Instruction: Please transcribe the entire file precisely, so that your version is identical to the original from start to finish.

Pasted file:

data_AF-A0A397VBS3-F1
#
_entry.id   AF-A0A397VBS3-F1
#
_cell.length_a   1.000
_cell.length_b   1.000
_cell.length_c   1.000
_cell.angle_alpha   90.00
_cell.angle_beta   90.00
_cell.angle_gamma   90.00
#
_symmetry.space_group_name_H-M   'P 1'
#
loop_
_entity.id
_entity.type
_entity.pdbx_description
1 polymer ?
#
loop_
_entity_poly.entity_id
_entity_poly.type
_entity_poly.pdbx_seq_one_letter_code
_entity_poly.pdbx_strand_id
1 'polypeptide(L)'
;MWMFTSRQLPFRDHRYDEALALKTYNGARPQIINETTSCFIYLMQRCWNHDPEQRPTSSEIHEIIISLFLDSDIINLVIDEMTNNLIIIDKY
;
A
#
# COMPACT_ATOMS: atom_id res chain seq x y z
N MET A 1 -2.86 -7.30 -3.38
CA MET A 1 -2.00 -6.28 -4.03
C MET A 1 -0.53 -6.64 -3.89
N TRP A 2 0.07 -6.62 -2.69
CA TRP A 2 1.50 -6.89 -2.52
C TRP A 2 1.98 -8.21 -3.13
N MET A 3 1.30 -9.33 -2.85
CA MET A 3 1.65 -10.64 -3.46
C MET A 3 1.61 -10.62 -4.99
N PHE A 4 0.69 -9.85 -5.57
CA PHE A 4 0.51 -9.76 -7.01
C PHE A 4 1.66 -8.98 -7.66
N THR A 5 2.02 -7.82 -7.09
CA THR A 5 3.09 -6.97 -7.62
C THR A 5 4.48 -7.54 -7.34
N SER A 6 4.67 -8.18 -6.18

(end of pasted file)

data_AF-A0A397VBS3-F1
#
_entry.id   AF-A0A397VBS3-F1
#
_cell.length_a   1.000
_cell.length_b   1.000
_cell.length_c   1.000
_cell.angle_alpha   90.00
_cell.angle_beta   90.00
_cell.angle_gamma   90.00
#
_symmetry.space_group_name_H-M   'P 1'
#
loop_
_entity.id
_entity.type
_entity.pdbx_description
1 polymer ?
#
loop_
_entity_poly.entity_id
_entity_poly.type
_entity_poly.pdbx_seq_one_letter_code
_entity_poly.pdbx_strand_id
1 'polypeptide(L)'
;MWMFTSRQLPFRDHRYDEALALKTYNGARPQIINETTSCFIYLMQRCWNHDPEQRPTSSEIHEIIISLFLDSDIINLVIDEMTNNLIIIDKY
;
A
#
# COMPACT_ATOMS: atom_id res chain seq x y z
N MET A 1 -2.86 -7.30 -3.38
CA MET A 1 -2.00 -6.28 -4.03
C MET A 1 -0.53 -6.64 -3.89
N TRP A 2 0.07 -6.62 -2.69
CA TRP A 2 1.50 -6.89 -2.52
C TRP A 2 1.98 -8.21 -3.13
N MET A 3 1.30 -9.33 -2.85
CA MET A 3 1.65 -10.64 -3.46
C MET A 3 1.61 -10.62 -4.99
N PHE A 4 0.69 -9.85 -5.57
CA PHE A 4 0.51 -9.76 -7.01
C PHE A 4 1.66 -8.98 -7.66
N THR A 5 2.02 -7.82 -7.09
CA THR A 5 3.09 -6.97 -7.62
C THR A 5 4.48 -7.54 -7.34
N SER A 6 4.67 -8.18 -6.18